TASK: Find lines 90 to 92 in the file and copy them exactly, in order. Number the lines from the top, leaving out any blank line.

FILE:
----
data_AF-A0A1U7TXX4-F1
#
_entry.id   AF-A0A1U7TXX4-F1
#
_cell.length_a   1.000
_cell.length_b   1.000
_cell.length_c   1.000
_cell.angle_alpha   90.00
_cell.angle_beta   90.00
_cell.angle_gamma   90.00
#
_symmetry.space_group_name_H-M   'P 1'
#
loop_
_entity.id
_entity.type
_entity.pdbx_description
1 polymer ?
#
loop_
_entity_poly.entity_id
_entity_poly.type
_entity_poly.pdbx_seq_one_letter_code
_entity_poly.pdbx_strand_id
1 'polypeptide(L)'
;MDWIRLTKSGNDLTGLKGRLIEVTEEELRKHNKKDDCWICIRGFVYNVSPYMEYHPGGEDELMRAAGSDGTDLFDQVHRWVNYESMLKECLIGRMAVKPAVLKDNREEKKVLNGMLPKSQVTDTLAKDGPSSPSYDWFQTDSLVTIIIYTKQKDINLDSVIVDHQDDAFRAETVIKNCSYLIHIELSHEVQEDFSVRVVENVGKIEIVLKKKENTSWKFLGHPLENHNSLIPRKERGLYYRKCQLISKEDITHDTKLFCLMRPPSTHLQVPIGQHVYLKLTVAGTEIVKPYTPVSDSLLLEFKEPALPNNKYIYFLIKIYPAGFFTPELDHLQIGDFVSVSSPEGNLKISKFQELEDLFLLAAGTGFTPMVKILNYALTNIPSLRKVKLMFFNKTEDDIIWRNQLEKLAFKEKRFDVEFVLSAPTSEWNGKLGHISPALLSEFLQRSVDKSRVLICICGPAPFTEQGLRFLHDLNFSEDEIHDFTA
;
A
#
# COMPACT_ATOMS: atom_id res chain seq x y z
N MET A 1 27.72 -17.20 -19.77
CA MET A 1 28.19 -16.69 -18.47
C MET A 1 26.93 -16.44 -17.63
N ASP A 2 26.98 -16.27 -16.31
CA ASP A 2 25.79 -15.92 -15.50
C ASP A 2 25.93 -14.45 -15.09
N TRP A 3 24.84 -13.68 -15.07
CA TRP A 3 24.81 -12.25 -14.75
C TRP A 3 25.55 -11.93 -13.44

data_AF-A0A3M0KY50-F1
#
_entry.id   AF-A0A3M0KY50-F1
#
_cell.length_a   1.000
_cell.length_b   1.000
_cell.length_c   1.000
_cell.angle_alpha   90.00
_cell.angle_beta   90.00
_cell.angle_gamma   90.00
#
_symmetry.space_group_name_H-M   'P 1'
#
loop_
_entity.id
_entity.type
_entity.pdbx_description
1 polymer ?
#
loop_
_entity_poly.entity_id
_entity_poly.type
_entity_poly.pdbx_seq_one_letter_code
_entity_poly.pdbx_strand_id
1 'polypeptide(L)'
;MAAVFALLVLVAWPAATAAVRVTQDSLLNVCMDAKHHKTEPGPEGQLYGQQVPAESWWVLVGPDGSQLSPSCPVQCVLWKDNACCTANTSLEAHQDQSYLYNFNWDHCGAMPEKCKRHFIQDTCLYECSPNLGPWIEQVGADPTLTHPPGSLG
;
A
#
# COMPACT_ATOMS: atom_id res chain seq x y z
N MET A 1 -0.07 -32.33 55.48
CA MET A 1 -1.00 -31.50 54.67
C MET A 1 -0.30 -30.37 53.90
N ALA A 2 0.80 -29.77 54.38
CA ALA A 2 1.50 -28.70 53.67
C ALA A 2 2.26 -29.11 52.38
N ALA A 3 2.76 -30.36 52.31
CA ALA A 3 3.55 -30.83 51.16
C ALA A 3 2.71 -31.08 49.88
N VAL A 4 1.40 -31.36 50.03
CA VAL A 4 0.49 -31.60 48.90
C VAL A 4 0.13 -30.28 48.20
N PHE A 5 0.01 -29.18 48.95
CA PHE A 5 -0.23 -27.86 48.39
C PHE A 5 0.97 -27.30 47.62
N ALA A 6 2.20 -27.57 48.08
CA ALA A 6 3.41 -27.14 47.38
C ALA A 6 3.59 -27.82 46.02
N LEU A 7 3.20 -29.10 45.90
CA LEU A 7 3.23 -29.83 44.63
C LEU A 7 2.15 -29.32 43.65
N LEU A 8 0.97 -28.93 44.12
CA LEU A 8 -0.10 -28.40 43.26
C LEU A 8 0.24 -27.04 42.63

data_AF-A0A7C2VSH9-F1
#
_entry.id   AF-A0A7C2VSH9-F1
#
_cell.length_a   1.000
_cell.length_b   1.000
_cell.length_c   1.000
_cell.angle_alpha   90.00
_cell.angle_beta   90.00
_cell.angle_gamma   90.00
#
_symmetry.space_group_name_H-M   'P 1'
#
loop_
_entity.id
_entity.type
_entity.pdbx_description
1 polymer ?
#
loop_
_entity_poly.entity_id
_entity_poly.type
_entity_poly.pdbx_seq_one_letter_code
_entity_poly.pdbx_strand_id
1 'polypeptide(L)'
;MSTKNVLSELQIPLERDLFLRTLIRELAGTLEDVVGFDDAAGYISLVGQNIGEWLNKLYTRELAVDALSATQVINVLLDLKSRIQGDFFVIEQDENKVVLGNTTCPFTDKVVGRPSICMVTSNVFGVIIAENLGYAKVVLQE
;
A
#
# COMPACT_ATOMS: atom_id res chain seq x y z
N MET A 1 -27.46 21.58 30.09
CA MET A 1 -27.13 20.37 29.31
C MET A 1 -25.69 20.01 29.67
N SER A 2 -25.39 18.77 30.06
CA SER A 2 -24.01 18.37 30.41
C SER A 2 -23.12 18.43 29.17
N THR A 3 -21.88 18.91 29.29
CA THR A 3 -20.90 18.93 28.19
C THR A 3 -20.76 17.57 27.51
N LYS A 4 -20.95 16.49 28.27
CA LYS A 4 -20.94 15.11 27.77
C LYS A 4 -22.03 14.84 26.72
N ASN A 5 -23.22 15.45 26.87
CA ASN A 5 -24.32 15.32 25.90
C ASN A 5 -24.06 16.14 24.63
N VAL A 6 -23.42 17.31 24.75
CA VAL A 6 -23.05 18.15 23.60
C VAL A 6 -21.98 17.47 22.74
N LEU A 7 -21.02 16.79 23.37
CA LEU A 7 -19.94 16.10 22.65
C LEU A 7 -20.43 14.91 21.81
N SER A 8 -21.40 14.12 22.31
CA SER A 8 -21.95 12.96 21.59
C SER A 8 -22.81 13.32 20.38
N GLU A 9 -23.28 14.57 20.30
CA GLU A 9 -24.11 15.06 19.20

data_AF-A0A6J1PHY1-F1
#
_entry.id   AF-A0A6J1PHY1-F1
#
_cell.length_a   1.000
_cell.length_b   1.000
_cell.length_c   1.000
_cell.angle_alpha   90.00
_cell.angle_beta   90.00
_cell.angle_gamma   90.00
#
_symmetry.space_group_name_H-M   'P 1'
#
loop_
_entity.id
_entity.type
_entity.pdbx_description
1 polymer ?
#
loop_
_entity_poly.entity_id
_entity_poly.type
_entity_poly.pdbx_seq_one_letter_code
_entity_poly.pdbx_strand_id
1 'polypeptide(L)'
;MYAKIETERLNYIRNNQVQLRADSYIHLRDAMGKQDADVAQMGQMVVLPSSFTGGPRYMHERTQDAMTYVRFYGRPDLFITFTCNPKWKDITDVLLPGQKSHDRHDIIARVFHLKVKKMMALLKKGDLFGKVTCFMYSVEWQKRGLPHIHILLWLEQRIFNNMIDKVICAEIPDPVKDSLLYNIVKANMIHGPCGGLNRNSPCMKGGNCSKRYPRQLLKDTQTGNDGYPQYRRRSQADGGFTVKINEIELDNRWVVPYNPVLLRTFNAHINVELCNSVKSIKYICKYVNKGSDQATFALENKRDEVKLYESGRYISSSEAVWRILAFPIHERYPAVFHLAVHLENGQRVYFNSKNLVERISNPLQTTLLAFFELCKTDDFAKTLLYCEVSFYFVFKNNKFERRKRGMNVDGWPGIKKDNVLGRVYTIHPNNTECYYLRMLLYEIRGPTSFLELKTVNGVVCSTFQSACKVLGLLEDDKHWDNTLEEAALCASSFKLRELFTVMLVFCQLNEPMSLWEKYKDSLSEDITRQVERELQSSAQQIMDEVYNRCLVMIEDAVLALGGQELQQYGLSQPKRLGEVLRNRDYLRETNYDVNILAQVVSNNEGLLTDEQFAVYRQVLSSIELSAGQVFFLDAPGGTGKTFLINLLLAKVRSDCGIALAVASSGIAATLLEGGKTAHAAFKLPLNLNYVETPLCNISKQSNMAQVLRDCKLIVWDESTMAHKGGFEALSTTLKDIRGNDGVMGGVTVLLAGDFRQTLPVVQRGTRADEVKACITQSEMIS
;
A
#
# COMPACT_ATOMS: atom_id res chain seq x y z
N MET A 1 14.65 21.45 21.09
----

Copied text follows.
C LEU A 7 2.15 -29.32 43.65
N LEU A 8 0.97 -28.93 44.12
CA LEU A 8 -0.10 -28.40 43.26